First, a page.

In the 92 pages of the Supreme Court’s ruling on Trump v. Hawaii, handed down on Tuesday, families are mentioned 12 times. Relatives, seven times; parents, twice. The decision, which upholds President Trump’s order restricting travel and immigration to the United States from eight foreign countries, is the final word on a court case filed by a group of plaintiffs that included the state of Hawaii, the Muslim Association of Hawaii, and “three individuals with foreign relatives affected by the entry suspension.” In both the majority and dissenting opinions, justices emphasize that the preservation of families is a priority—but they come to opposite conclusions about what that means for Trump’s order.
For the majority—the group including Justices John Roberts, Anthony Kennedy, Clarence Thomas, Samuel Alito, and Neil Gorsuch—the order has sufficient provisions to protect the integrity of families. For the dissenters—Justices Stephen Breyer, Elena Kagan, Sonia Sotomayor, and Ruth Bader Ginsburg—the order threatens to imperil and divide families.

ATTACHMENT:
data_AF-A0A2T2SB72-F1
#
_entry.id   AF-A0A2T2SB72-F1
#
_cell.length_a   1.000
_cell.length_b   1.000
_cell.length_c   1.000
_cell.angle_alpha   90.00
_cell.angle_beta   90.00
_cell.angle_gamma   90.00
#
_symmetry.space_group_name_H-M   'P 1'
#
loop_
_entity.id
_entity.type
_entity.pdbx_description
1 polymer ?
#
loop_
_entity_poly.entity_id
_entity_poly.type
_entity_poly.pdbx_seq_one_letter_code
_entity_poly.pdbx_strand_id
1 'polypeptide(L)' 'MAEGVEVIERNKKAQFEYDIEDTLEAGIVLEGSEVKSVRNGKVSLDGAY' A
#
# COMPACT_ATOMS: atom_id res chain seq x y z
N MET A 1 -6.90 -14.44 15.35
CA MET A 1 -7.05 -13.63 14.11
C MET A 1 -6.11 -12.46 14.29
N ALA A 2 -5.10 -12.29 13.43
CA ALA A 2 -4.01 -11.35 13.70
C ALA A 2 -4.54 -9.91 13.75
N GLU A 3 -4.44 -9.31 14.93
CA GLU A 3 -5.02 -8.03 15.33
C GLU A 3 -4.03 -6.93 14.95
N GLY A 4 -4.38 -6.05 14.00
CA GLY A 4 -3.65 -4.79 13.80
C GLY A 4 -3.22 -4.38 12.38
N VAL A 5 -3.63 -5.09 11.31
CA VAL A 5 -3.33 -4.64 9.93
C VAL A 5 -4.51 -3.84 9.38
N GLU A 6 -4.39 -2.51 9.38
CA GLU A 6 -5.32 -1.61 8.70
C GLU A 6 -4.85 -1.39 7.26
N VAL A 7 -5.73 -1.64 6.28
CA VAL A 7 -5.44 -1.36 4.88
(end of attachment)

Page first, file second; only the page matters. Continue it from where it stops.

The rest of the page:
In the opening paragraphs of Chief Justice Roberts’s majority opinion, Roberts writes that the Court recognizes the dire nature of the situation for the three U.S. citizens and permanent residents separated from their Iranian, Syrian, and Yemeni relatives by the travel ban. “We agree that a person’s interest in being united with his relatives is sufficiently concrete and particularized to form the basis of an Article III injury in fact,” Roberts writes. He again relies on the importance of family preservation when he notes who is eligible to be granted exemption from the restrictions imposed by the travel ban. Roberts writes that there are provisions to waive the law’s entry restrictions for immigrants hoping to reunite with family members already in the United States: A passage describing the scope of President Trump’s “Proclamation No. 9645, Enhancing Vetting Capabilities and Processes for Detecting Attempted Entry Into the United States by Terrorists or Other Public-Safety Threats” gestures twice at the fact that it has provisions for “when a waiver might be appropriate, such as if the foreign national seeks to reside with a close family member, obtain urgent medical care, or pursue significant business obligations.”